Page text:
I admit it—as a kid, I used to spend hours sifting through Radio Shack's mammoth annual catalogs, dreaming of hi-fi tower systems (with dual cassette decks!), TRS-80s (I called 'em "Trash 80s" too, but hey—they were still computers, and computers were cool), headphones, turntables, tuners, Walkmen (well, "Stereo-Mates," as Radio Shack called them) … you name it. I was even fascinated by the microphones (I'm pretty sure I got the $6.99 "Pencil-Type Dynamic" model from my parents), the turntable cartridges (like the Shure RXT4 with a dynamic stabilizer and "viscous dampening"—just $49.95!), and of course, wires, cables, and adapters galore.

So imagine my delight when Boing Boing Gadgets spotted this: an online archive of old Radio Shack catalogs, with issues ranging from 2003 all the way back to 1946. My favorite: the 1982 catalog, complete with airbrushed, feathered-haired models (some holding champagne flutes, others hugging puppies) posing with the latest in early-80s tech gear. And behold, the coolest Radio Shack offering of them all (on page 2): The Realistic CED-1 Video Disc Player, a CED player similar to the old RCA SelectaVisions, yours for a cool $499 (in 1982 dollars, mind you).

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December 05, 2008

Adios, Sunshine Suites

After about two years of toiling away at various cubicles at 419 Lafayette Street, I'm pulling up stakes and moving my HQ back to ... my kitchen. Yep, it's another case of scaling back in rough economic times, unfortunately. That said, I'm actually ready for a change. As handy as it was to have an office for PR visits -- not to mention the therapeutic benefits of going out in the world every day -- I was getting pretty sick of the jam-packed F train, and when you're dragging your feet to an office that you're paying hundreds of dollars a month for, well ... probably time to move on.

Anyway, I'm looking forward to a much shorter commute moving ahead -- as well as more opportunities to use my Sprint EV-DO modem for remote blogging at Starbucks or Bobst Library in the Village. And Sunshine ... thanks for everything. Perhaps we'll meet again.

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December 03, 2008

In for review: Samsung X460 laptop

I've been waiting patiently for this one -- a four-pound, 2Ghz Intel Core 2 Duo notebook, complete with Nvidia graphics, a 14.1-inch WVGA display, and a 250GB hard drive, starting at $1,699. (There's also a 13-inch, 2.8-pound version available -- nice.) So far, pretty peppy -- Web pages and Office apps are opening quickly, and streaming HD videos on Hulu are looking impressively sharp and smooth. Doesn't look that bad either. I wouldn't mind toting around one of these things at CES. (I hope my MacBook Pro didn't hear me say that.) Full review on the way.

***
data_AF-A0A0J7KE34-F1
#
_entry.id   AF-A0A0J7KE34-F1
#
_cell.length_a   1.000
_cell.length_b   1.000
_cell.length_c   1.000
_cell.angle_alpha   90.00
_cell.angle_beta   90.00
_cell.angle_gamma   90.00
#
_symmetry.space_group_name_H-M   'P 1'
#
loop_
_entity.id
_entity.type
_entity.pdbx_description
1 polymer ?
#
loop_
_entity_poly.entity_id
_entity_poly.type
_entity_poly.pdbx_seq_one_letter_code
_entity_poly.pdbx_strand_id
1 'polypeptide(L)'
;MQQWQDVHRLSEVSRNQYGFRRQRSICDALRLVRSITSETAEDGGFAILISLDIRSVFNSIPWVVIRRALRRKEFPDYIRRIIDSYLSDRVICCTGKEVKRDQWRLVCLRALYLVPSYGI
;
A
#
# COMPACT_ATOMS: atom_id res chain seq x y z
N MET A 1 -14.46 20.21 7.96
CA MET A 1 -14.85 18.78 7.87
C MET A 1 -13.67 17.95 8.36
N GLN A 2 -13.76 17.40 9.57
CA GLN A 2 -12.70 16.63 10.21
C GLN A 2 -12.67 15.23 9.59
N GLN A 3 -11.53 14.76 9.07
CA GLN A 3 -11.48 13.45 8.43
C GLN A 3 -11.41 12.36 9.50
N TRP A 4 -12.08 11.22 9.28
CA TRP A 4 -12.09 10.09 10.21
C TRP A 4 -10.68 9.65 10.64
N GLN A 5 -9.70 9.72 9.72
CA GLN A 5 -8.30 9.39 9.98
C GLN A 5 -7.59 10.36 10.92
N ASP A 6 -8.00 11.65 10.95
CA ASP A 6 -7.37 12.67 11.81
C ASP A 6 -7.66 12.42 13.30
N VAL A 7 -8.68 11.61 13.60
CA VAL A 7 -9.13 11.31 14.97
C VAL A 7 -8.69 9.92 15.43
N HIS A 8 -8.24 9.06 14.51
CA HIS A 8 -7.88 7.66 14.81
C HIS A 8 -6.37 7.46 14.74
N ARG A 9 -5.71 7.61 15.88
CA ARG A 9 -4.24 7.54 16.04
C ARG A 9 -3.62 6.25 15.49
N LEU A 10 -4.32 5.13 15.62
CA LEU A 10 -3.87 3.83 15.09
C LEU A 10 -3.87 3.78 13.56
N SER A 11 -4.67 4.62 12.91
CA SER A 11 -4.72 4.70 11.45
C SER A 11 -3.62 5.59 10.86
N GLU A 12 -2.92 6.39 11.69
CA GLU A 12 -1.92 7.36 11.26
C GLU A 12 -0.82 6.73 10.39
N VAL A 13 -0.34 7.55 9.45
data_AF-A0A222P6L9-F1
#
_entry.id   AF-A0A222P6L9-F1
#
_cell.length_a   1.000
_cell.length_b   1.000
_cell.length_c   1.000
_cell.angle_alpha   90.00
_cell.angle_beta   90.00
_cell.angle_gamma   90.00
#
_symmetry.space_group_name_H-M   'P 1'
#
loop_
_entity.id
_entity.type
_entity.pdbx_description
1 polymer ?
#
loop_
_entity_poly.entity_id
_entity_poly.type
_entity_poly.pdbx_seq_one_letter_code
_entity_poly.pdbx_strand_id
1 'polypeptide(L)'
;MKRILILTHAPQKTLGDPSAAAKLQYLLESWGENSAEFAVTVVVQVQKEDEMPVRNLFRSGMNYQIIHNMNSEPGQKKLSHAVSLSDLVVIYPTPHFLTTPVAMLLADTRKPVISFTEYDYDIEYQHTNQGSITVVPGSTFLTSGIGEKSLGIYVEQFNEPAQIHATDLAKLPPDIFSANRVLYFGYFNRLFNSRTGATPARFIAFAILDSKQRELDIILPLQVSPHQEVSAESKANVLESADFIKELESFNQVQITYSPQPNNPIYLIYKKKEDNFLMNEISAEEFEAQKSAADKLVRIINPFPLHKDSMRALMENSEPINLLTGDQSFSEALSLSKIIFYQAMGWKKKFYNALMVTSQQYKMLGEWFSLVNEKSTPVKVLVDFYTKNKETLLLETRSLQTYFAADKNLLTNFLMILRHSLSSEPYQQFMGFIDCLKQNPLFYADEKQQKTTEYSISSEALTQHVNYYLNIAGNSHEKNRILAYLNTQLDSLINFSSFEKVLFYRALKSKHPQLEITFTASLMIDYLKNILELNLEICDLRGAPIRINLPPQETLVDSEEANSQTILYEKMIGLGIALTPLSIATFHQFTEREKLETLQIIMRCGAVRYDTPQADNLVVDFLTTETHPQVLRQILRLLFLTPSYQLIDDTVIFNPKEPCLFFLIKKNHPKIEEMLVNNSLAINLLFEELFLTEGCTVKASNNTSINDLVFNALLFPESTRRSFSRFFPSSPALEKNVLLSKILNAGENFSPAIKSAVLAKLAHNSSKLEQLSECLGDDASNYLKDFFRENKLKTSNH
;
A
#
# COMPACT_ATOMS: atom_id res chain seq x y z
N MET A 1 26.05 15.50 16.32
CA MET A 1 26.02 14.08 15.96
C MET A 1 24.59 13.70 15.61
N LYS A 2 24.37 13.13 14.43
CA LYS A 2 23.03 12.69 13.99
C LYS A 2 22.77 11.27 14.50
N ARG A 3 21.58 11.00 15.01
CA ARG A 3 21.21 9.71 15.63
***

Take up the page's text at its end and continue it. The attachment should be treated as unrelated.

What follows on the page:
Side note: I'm finally in on the PlayStation Home beta, but ... well, I'm not allowed to discuss it. Aren't embargoes fun?

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December 01, 2008

What I'm playing now: Resistance 2 (PS3)

I wasn't all that impressed with the original Resistance: Fall of Man; standard story, iffy graphics, familiar gameplay ... and that goes for the sequel as well, for that matter. But as far as the multiplayer experience in Resistance 2 goes, well ... it's fast and it's furious. Why? It's all about the numbers, and in the case of Resistance 2, we're talking -- wait for it -- 60 players at once. Not 10, not 16, not 24 ... 60 at a time, all tossed into a potpourri of wide-open (and gorgeously rendered) multiplayer arenas, along with enough artillery to blow up a small country. There's nothing subtle about it, but I have to admit, it's addictive.

On deck: Gears of War 2 for the Xbox 360, if I can ever get out of this Resistance 2 fracas ...

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November 28, 2008

Black Friday: Best Blu-ray deals

Been waiting for prices to drop before going Blu? Judging from today's Black Friday Blu-ray sales, now's the time.

First up: Blu-ray decks for less than $200, including the BD-Live-capable Sony BDP-S350 (which I've tried myself; thumbs up) and Samsung's BD-P1500, both selling for $199 at Amazon, Best Buy, and Wal-Mart (or go to Dell.com, where you'll find the S350 for $179). If you don't mind missing out on BD-Live features (don't worry, you're not missing much), you can go even cheaper with Insignia's Blu-ray player ($149 at Best Buy) or this $128 Blu-ray deck from Magnavox (at Wal-Mart). Looking for the best rather than the cheapest? I'm still recommending Sony's PlayStation 3, an excellent value at $399 (for the 80GB version).

Of course, you'll need some Blu-ray movies to go with the new player. Amazon's doing its part with an impressive Black Friday Blu-ray sale, with many new releases going for 60 percent off. Among the top picks: The entire "Band of Brothers" mini-series for $49 (down from $99), the new Indiana Jones epic for $14.99 (from $39.99), Disney's (recently restored) classic "Sleeping Beauty" for $19, and 1987's "The Untouchables" ("What are you prepared to do?") for $8.99. Get 'em while they're hot.

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November 25, 2008

At home for review: SlingCatcher


Finally got my review unit today (didn't it start shipping more than a month ago?) and looking forward to giving it the once-over. For those who aren't familiar with all things Sling, the SlingCatcher grabs video from either remote Slingboxes or your PC (via the new SlingProjector app) and slings them onto your TV. So, for example, you could sling video from a Slingbox in one room your living room to a SlingCatcher-connected HDTV in the bedroom, or you could set SlingProjector to send a YouTube or Hulu Web video (or anything on your browser, for that matter) to your TV set. Hoping to get the review up next week, so stay tuned.